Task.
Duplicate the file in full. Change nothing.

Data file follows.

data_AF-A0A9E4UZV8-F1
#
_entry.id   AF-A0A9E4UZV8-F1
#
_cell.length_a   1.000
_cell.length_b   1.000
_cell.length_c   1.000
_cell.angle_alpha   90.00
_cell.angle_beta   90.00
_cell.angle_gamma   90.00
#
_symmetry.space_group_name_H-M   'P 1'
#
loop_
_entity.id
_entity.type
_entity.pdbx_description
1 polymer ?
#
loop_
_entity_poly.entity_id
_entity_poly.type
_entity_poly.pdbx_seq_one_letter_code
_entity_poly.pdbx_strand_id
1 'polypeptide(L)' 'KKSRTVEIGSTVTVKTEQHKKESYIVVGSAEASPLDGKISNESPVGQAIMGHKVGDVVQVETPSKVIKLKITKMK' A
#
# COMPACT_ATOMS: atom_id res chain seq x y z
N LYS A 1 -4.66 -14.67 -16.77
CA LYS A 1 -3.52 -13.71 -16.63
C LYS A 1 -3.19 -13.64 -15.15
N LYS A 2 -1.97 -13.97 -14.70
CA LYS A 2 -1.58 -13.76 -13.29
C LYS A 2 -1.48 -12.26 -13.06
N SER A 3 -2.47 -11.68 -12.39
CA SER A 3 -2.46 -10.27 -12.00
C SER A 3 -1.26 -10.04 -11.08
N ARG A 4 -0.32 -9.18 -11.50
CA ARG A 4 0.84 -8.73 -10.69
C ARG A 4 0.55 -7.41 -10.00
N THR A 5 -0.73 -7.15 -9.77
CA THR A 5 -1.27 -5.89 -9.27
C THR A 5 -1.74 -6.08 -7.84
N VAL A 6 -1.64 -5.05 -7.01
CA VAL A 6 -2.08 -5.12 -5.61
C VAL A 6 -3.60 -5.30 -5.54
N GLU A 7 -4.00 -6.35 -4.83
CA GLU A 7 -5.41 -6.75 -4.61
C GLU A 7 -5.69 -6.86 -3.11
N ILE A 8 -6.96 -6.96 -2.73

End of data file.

data_AF-A0A9E4UZV8-F1
#
_entry.id   AF-A0A9E4UZV8-F1
#
_cell.length_a   1.000
_cell.length_b   1.000
_cell.length_c   1.000
_cell.angle_alpha   90.00
_cell.angle_beta   90.00
_cell.angle_gamma   90.00
#
_symmetry.space_group_name_H-M   'P 1'
#
loop_
_entity.id
_entity.type
_entity.pdbx_description
1 polymer ?
#
loop_
_entity_poly.entity_id
_entity_poly.type
_entity_poly.pdbx_seq_one_letter_code
_entity_poly.pdbx_strand_id
1 'polypeptide(L)' 'KKSRTVEIGSTVTVKTEQHKKESYIVVGSAEASPLDGKISNESPVGQAIMGHKVGDVVQVETPSKVIKLKITKMK' A
#
# COMPACT_ATOMS: atom_id res chain seq x y z
N LYS A 1 -4.66 -14.67 -16.77
CA LYS A 1 -3.52 -13.71 -16.63
C LYS A 1 -3.19 -13.64 -15.15
N LYS A 2 -1.97 -13.97 -14.70
CA LYS A 2 -1.58 -13.76 -13.29
C LYS A 2 -1.48 -12.26 -13.06
N SER A 3 -2.47 -11.68 -12.39
CA SER A 3 -2.46 -10.27 -12.00
C SER A 3 -1.26 -10.04 -11.08
N ARG A 4 -0.32 -9.18 -11.50
CA ARG A 4 0.84 -8.73 -10.69
C ARG A 4 0.55 -7.41 -10.00
N THR A 5 -0.73 -7.15 -9.77
CA THR A 5 -1.27 -5.89 -9.27
C THR A 5 -1.74 -6.08 -7.84
N VAL A 6 -1.64 -5.05 -7.01
CA VAL A 6 -2.08 -5.12 -5.61
C VAL A 6 -3.60 -5.30 -5.54
N GLU A 7 -4.00 -6.35 -4.83
CA GLU A 7 -5.41 -6.75 -4.61
C GLU A 7 -5.69 -6.86 -3.11
N ILE A 8 -6.96 -6.96 -2.73